Publications resulting from this work include

The heavy metal Contamination of Lake Junin National Reserve, Peru: An Unintended Consequence of the Juxtaposition of Hydroelectricity and Mining. Hydraulic engineering is increasingly relied upon to provide the necessary dry-season discharge for Peru's hydroelectricity generation. Redirecting stream flow can yield unintended consequences, however, and here we document the wholesale contamination of the Lake Junín National Reserve by acid mine drainage from the Cerro de Pasco mining district. Since construction of the Upamayo Dam in 1932, the Río (river) San Juan, which drains the Cerro de Pasco region, has been seasonally redirected into Lake Junín. As a result, the upper several decimeters of sediment in the lake contain peak concentrations of Cu, Zn, and Pb of ~6000 ppm, ~50,000 ppm, and ~2000 ppm, respectively, with the latter two greatly exceeding the United States Environmental Protection Agency (EPA) limits for the entire 150 km2 lake basin. That the source of the contamination to Lake Junín is acid mine drainage from Cerro de Pasco is supported by spatial gradients in metal concentrations, authigenic calcite (marl) concentrations, and the isotopic record of Junín water. Today, the upper 50 cm of sediment in Lake Junín contain ~60,400, 897,600, and 40,900 metric tons of Cu, Zn, and Pb, respectively, which is equivalent to ~5.1 years' worth of Zn extraction and ~0.7 years' worth of Pb extraction from mining operations at Cerro de Pasco at current rates.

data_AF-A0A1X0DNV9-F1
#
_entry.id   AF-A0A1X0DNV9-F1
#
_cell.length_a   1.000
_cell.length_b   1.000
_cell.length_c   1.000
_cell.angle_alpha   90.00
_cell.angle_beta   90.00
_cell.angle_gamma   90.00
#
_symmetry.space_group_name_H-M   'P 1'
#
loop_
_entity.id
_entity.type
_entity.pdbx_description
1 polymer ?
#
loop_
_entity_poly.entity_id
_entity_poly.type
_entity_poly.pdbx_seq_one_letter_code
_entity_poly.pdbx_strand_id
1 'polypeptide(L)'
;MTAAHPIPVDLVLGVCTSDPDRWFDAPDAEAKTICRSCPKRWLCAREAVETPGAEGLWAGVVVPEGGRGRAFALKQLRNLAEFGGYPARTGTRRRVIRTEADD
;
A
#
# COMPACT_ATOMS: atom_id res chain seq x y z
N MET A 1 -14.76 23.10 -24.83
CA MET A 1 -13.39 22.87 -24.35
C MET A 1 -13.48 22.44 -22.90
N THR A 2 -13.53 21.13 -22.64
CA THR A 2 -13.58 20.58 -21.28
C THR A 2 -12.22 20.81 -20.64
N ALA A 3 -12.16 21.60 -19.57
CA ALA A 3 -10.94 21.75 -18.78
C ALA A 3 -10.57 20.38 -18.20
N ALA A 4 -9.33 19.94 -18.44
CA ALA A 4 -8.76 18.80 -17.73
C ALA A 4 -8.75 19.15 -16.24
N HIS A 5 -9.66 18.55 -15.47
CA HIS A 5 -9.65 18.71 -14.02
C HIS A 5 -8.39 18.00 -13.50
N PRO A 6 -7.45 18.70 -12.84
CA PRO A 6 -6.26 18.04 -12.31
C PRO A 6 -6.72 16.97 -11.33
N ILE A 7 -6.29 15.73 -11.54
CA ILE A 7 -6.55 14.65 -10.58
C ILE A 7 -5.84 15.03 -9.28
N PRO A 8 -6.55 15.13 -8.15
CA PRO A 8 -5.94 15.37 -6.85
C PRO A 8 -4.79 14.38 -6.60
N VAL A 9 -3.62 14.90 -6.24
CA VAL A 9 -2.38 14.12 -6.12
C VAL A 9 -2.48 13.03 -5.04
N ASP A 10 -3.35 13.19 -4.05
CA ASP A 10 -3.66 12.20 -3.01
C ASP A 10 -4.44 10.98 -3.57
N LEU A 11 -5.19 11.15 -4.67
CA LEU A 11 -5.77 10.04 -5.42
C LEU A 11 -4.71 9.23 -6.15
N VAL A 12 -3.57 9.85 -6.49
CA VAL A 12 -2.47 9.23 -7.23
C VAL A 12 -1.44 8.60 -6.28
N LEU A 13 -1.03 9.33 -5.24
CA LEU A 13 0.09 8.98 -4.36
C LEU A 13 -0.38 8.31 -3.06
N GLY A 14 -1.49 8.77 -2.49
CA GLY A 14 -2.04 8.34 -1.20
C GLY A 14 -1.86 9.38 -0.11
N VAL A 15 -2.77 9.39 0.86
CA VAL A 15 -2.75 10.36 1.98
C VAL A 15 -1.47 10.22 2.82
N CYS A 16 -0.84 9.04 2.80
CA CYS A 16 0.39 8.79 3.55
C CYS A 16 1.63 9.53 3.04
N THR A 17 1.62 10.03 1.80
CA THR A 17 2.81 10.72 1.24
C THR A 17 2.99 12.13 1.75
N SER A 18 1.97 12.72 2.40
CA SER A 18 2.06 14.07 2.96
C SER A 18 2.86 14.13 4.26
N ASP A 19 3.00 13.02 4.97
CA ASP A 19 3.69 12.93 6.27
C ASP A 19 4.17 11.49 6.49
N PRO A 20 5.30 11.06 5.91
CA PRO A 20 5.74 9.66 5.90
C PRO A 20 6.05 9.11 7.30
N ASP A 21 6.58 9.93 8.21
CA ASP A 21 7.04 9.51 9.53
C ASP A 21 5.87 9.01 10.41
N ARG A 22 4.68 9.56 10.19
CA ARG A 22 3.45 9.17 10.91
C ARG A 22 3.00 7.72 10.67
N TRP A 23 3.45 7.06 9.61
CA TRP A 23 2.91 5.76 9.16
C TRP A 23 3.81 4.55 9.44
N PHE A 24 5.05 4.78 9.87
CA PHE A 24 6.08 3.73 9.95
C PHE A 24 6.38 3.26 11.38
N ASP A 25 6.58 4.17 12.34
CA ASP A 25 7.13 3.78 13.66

A 2,300-Year-Long Annually Resolved Record of the South American Summer Monsoon from the Peruvian Andes. Decadal and centennial mean state changes in South American summer monsoon (SASM) precipitation during the last 2,300 years are detailed using an annually resolved authigenic calcite record of precipitation d18O from a varved lake in the Central Peruvian Andes. This unique sediment record shows that d18 O peaked during the Medieval Climate Anomaly (MCA) from A.D. 900 to 1100, providing evidence that the SASM weakened considerably during this period. Minimum d18O values occurred during the Little Ice Age (LIA) between A.D. 1400 and 1820, reflecting a prolonged intensification of the SASM that was regionally synchronous. After the LIA, d18O increased rapidly, particularly during the current warm period (CWP; A.D. 1900 to present), indicating a return to reduced SASM precipitation that was more abrupt and sustained than the onset of the MCA. Diminished SASM precipitation during the MCA and CWP tracks reconstructed Northern Hemisphere and North Atlantic warming and a northward displacement of the Intertropical Convergence Zone (ITCZ) over the Atlantic, and likely the Pacific. Intensified SASM precipitation during the LIA follows reconstructed Northern Hemisphere and North Atlantic cooling, El Nino-like warming in the Pacific, and a southward displacement of the ITCZ over both oceans. These results suggest that SASM mean state changes are sensitive to ITCZ variability as mediated by Western Hemisphere tropical sea surface temperatures, particularly in the Atlantic. Continued Northern Hemisphere and North Atlantic warming may therefore help perpetuate the recent reductions in SASM precipitation that characterize the last 100 years, which would negatively impact Andean water resources.